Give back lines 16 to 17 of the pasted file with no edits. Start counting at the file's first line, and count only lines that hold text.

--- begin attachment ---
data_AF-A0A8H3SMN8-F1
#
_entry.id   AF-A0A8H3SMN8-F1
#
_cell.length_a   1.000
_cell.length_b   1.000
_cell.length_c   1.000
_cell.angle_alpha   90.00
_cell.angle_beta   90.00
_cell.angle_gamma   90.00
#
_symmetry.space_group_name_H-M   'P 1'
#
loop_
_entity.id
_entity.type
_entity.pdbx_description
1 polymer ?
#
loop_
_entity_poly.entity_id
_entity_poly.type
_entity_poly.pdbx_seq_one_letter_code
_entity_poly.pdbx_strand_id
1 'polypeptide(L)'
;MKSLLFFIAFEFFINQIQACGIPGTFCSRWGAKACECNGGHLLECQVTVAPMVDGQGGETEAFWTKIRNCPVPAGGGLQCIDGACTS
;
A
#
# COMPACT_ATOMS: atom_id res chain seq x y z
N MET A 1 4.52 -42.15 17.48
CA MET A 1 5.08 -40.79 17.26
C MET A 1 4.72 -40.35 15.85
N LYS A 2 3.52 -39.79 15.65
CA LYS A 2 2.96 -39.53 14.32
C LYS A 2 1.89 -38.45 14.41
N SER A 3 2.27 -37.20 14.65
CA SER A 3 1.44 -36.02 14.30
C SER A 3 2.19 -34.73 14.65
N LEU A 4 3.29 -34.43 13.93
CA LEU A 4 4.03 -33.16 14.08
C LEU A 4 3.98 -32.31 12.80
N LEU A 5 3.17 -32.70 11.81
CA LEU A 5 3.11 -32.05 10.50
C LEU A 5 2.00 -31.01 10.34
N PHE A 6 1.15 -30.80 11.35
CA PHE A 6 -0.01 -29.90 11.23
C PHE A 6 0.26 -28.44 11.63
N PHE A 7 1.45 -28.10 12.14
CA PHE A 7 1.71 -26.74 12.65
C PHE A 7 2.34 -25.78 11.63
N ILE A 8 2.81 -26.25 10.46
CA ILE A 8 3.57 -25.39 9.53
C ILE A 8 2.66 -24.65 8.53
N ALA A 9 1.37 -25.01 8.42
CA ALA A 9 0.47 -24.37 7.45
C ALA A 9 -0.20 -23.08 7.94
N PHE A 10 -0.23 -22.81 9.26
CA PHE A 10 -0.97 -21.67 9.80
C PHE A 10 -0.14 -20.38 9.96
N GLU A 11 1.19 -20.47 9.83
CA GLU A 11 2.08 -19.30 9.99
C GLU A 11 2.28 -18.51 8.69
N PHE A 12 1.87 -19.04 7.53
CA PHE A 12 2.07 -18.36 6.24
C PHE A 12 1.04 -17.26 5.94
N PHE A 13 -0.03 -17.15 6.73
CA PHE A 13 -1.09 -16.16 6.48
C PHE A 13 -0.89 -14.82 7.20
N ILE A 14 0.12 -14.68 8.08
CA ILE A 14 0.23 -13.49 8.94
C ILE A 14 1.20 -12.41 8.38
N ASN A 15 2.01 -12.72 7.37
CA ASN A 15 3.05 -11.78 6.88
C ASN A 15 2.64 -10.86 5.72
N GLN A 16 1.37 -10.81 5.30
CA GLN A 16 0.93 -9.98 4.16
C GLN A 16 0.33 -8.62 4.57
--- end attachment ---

_entity.type
_entity.pdbx_description